From the Internets

Audible’s latest playlist: Premier Audiobooks Now Playing for Theater Fans

Audiofile shares their Best Audiobooks of 2020 shares their Thanks For Giving recap: over $170,000 were spent at local bookstores!

Over at the Riot

6 of the Best Audiobooks Set in the American South

Do you use audiobooks to help catch those zzzs? Here’s how to find audiobooks for sleep.

Let’s nerd out real quick with the neuroscience of audiobooks

7 Audiobooks for Indigenous Heritage Month

Thanks for hanging with me today! Shoot me an email at with with all things audiobook or find me on Twitter and the gram @buenosdiazsd. Sign up for the In The Club newsletter and catch me once a month on the All the Books podcast.

Stay bad & bookish, my friends.



Audiobooks 11/19/20

Hola Audiophiles! I heard a little something through the grapevine today: apparently some guy named Barry released a memoir that sold close to 890,000 copies on its first day. Something about a promised land, I think? Well, good for him.

Ready? Let’s audio.

New Releases – Week of November 17  (publisher descriptions in quotes)

The Orchard by David Hopen

In ultra-orthodox Brooklyn, lonely teen Ari Eden’s entire life is consumed by intense study and religious rituals. Then his family announces that they’re packing up and moving to a glitzy Miami suburb, and Ari sees an opportunity for reinvention. He enrolls at an opulent Jewish academy, a place ruled by dizzying wealth, ruthless ambition, and hedonism. When the school’s golden boy takes Ari under his wing, Ari gets pulled into the school’s most exclusive and wayward clique as they begin testing their religion in… interesting ways. This is Liberty Hardy’s favorite book of the year!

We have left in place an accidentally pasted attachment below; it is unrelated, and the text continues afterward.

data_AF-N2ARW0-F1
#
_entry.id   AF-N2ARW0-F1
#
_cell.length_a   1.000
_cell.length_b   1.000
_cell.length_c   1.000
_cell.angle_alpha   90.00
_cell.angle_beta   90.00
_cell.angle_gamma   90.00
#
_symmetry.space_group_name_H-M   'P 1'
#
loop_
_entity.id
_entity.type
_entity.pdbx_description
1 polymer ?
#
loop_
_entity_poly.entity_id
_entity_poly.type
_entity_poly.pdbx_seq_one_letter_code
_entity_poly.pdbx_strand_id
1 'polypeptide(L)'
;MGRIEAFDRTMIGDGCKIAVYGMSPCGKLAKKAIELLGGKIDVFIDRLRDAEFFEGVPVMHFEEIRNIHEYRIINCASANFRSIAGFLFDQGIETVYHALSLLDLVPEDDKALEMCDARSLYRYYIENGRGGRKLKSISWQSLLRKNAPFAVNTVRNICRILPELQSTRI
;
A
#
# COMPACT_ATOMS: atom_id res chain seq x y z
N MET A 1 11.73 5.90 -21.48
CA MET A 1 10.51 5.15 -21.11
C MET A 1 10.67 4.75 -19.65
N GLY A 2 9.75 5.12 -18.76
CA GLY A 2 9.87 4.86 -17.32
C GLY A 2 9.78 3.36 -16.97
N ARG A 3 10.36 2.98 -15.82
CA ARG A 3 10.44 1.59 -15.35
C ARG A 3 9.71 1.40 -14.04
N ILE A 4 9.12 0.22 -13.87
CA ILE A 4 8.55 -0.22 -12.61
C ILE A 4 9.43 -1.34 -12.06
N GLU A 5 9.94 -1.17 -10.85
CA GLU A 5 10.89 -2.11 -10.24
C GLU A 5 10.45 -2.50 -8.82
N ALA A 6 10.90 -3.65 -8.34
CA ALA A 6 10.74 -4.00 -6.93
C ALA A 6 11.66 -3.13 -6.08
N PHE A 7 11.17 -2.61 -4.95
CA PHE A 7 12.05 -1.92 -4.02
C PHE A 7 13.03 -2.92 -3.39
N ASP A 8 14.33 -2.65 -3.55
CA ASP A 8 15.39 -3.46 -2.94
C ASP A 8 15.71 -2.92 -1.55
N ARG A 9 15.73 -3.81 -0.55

Read by Micky Shiloah (Lot Six by David Adjmi)

The Burning God by R. F. Kuang

Everyone I know who’s read the Poppy War series has recommended it enthusiastically with something the tune of, “Ah! Brutal! Gird your loins! SO GOOD!” The Burning God is the conclusion to this award-winning epic fantasy trilogy that combines the history of 20th-century China with a banana-pants world of gods and monsters.

Read by Emily Woo Zeller (a Book Riot favorite who also reads White Ivy by Susie Yang, which I’m SO excited to read!)

Rebel Sisters by Tochi Onyebuchi

This is the sequel to War Girls, a book I admit I didn’t know much about until recently because I was caught up in all the buzz around Riot Baby (read that too, it’s phenomenal). In War Girls, it’s 2172 and the earth is largely uninhabitable due to climate change and nuclear disasters. In a futuristic, Black Panther-inspired Nigeria, these conditions have forced many to move to space colonies while those left behind suffer through civil war and radiation poisoning. Sisters Onyii and Ify’s lives have been marked by violence and political unrest, but they dream of peace. They’re willing to fight for that peace, and that’s exactly what they do. In this sequel, “the battles are over, but the fight for justice has just begun.”

Read by Nkeki Obi-Melekwe (Ties That Tether by Jane Igharo)

A Promised Land by Barack Obama

My body is ready for 30 hours of soothing narration from dad. I’m not crying, YOU’RE crying!